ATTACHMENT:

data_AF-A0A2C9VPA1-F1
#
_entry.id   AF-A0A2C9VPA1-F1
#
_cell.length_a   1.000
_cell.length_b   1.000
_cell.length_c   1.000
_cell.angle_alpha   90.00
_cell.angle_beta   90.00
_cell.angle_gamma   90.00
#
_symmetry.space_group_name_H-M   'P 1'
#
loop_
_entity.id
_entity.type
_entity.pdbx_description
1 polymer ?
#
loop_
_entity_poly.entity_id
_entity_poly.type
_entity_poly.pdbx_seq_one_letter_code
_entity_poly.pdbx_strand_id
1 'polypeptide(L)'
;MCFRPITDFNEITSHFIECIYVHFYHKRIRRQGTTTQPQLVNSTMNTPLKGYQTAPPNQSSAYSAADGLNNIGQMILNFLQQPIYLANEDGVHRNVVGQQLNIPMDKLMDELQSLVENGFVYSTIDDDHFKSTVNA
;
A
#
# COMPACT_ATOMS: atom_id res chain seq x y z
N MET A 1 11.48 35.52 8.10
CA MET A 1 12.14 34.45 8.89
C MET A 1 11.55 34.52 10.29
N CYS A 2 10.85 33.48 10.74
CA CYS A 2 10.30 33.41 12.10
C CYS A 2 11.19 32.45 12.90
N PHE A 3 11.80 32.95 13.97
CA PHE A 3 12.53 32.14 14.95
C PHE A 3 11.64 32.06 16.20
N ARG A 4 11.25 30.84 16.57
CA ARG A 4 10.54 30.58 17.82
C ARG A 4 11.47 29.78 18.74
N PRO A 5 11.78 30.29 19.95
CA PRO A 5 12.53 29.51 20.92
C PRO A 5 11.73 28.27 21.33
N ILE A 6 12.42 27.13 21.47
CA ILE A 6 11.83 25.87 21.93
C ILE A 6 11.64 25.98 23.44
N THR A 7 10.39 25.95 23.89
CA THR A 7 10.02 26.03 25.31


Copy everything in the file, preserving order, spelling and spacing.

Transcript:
data_AF-A0A2C9VPA1-F1
#
_entry.id   AF-A0A2C9VPA1-F1
#
_cell.length_a   1.000
_cell.length_b   1.000
_cell.length_c   1.000
_cell.angle_alpha   90.00
_cell.angle_beta   90.00
_cell.angle_gamma   90.00
#
_symmetry.space_group_name_H-M   'P 1'
#
loop_
_entity.id
_entity.type
_entity.pdbx_description
1 polymer ?
#
loop_
_entity_poly.entity_id
_entity_poly.type
_entity_poly.pdbx_seq_one_letter_code
_entity_poly.pdbx_strand_id
1 'polypeptide(L)'
;MCFRPITDFNEITSHFIECIYVHFYHKRIRRQGTTTQPQLVNSTMNTPLKGYQTAPPNQSSAYSAADGLNNIGQMILNFLQQPIYLANEDGVHRNVVGQQLNIPMDKLMDELQSLVENGFVYSTIDDDHFKSTVNA
;
A
#
# COMPACT_ATOMS: atom_id res chain seq x y z
N MET A 1 11.48 35.52 8.10
CA MET A 1 12.14 34.45 8.89
C MET A 1 11.55 34.52 10.29
N CYS A 2 10.85 33.48 10.74
CA CYS A 2 10.30 33.41 12.10
C CYS A 2 11.19 32.45 12.90
N PHE A 3 11.80 32.95 13.97
CA PHE A 3 12.53 32.14 14.95
C PHE A 3 11.64 32.06 16.20
N ARG A 4 11.25 30.84 16.57
CA ARG A 4 10.54 30.58 17.82
C ARG A 4 11.47 29.78 18.74
N PRO A 5 11.78 30.29 19.95
CA PRO A 5 12.53 29.51 20.92
C PRO A 5 11.73 28.27 21.33
N ILE A 6 12.42 27.13 21.47
CA ILE A 6 11.83 25.87 21.93
C ILE A 6 11.64 25.98 23.44
N THR A 7 10.39 25.95 23.89
CA THR A 7 10.02 26.03 25.31